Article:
Take a look at the video below to find out more. Better still, subscribe to the channel and you’ll see a new one of these every week. Sometimes a “One by One” where we talk about what each part of blender does – at the moment we are concentrating on modifiers – other times tutorials on specific things or quick tips to make your life easier.

You want to see something not here? Then let me know in the comments. I’m always keen to help out where I can.

Take care and stay safe.

TUTORIAL: Fspy and UVProject in Blender! – making photoreal scenes with little effort that look ace!

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I love Blender…

And I tell people a lot about how much it can do. Yet, People often think it doesn’t do the same sort of stuff that people can do in Maya and 3DSMax in regards to TV quality visuals.

A lot of visuals are faked by using real photographs. Guess what? Blender can do that too.

So on this tutorial, we talk about two things, Fspy and UVProject. Fspy is a free, open source software that creates a camera and it’s position from the vertical and horizontal planes in our picture and exports them into Blender via an addon that you get when you get the software. And UVProject is a modifier – see I’m still all about the modifiers – that makes the UV mapping for your shader correspond with the view from your camera.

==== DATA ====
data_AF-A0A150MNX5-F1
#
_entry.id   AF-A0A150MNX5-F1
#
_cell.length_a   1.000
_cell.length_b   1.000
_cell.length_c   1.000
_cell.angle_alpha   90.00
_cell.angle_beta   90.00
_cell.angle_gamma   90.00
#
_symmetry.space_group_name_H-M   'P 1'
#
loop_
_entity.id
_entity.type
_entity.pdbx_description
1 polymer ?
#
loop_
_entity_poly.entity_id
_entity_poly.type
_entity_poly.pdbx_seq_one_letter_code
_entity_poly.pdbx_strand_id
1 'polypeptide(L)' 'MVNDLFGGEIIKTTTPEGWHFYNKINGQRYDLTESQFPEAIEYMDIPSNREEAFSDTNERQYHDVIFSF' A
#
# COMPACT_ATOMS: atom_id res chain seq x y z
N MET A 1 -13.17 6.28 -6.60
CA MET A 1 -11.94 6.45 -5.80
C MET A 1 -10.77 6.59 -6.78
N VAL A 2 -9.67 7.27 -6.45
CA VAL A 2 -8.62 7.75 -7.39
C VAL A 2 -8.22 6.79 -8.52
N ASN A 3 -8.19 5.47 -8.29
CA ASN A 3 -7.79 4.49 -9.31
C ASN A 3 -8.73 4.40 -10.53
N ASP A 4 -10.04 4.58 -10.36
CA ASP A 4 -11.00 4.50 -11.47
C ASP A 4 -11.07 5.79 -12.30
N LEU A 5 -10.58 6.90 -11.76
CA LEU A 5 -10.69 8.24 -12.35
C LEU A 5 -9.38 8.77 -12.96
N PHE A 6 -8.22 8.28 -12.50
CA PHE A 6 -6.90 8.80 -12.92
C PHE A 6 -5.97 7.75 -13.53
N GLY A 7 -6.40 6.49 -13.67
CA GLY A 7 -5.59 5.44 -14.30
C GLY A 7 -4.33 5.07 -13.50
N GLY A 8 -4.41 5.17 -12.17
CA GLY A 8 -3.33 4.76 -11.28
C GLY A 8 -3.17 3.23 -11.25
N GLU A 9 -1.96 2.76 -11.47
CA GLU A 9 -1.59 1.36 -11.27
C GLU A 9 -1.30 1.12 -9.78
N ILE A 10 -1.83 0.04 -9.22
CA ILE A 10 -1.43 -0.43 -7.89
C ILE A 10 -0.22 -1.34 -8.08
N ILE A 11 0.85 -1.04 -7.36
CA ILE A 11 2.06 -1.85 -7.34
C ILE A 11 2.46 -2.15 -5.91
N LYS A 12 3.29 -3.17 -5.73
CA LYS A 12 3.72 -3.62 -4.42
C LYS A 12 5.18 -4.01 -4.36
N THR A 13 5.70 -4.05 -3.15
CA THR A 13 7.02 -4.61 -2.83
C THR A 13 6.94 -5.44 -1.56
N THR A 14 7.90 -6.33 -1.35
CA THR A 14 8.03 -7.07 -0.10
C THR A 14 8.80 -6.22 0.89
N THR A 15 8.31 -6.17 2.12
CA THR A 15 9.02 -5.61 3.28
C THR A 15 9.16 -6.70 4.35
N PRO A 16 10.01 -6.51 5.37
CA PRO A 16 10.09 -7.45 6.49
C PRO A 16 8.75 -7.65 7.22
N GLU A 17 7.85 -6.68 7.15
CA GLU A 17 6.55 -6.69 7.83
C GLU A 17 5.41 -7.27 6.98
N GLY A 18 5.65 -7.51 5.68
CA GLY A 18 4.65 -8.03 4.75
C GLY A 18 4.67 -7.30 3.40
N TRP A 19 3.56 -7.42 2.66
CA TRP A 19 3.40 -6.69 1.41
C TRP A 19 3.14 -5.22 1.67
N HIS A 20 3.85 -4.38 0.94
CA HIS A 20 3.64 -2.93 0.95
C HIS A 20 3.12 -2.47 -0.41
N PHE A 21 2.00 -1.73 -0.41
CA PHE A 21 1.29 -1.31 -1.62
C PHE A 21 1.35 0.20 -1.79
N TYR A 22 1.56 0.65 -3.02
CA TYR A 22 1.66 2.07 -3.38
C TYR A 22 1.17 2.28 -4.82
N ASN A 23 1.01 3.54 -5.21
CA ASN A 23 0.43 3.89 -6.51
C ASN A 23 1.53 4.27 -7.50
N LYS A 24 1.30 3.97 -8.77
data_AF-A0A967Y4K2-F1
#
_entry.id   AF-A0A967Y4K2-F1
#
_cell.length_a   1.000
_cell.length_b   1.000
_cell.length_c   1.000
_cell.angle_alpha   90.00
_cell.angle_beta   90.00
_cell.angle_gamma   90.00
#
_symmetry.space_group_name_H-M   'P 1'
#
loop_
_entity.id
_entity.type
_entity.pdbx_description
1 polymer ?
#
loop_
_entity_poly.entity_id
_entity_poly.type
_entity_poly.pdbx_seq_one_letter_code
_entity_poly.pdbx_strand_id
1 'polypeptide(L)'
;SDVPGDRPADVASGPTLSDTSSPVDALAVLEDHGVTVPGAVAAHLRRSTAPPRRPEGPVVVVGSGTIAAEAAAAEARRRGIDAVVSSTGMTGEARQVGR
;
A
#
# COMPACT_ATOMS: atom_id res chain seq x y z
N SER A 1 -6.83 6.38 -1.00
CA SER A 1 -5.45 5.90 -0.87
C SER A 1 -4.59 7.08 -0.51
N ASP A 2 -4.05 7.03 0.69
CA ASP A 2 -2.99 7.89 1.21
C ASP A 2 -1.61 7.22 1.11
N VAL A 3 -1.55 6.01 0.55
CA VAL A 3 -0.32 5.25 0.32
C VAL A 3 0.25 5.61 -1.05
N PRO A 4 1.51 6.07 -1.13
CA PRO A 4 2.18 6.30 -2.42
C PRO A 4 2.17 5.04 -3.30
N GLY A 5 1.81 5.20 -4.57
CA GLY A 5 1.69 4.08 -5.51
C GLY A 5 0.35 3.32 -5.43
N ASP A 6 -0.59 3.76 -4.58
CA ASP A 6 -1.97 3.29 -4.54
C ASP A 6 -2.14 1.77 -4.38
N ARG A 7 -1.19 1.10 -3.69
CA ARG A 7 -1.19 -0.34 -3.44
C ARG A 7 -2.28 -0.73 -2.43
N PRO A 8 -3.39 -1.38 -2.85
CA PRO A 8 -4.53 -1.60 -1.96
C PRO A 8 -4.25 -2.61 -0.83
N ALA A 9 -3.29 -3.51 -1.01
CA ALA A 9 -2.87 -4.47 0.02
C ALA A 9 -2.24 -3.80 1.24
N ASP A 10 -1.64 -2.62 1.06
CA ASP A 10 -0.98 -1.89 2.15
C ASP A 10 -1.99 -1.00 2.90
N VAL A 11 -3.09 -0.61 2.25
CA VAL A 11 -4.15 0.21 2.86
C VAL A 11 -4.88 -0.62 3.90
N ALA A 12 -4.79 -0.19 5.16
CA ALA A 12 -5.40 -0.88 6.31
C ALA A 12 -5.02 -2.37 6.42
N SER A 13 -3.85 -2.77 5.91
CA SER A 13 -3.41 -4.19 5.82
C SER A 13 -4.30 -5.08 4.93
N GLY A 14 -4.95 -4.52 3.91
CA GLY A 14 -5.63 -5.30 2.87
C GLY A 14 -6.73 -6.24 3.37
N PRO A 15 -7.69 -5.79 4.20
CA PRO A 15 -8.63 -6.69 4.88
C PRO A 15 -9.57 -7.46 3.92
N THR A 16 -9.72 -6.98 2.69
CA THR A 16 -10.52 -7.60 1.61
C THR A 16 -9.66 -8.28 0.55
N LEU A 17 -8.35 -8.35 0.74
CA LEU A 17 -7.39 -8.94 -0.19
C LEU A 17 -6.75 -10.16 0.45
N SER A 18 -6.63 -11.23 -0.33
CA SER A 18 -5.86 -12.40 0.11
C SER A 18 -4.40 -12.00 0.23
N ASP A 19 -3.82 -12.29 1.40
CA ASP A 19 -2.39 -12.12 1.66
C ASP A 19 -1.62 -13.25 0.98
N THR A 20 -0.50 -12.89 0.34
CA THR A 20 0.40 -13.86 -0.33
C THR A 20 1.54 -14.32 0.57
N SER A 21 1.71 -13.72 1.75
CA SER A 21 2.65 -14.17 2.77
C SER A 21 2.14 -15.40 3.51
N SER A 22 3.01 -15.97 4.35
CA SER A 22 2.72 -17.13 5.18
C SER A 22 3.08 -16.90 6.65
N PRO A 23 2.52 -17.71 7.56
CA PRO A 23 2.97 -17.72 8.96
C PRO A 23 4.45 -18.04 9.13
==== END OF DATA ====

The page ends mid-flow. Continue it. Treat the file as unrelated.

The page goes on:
Couple these two together, and you can quickly create scenes that would take forever to build and shade.

And Hollywood has been using this process for years to make environments seem real.

You can find out more about Fspy here:

https://fspy.io/

The photo used in this tutorial has come from unsplash

https://unsplash.com/photos/K5sjajgbTFw

And the person who photographed it is Nolan Issac:

https://unsplash.com/@nolanissac

Take a look at the video below to find out more. Better still, subscribe to the channel and you’ll see a new one of these every week. Sometimes a “One by One” where we talk about what each part of blender does – at the moment we are concentrating on modifiers – other times tutorials on specific things or quick tips to make your life easier.

You want to see something not here? Then let me know in the comments. I’m always keen to help out where I can.

Take care and stay safe.

Tips and Tricks: Painting in Krita, Making Planks semi-procedurally and adding IES lights to Blender

animation, blog, Resources, tutorials

I love Blender…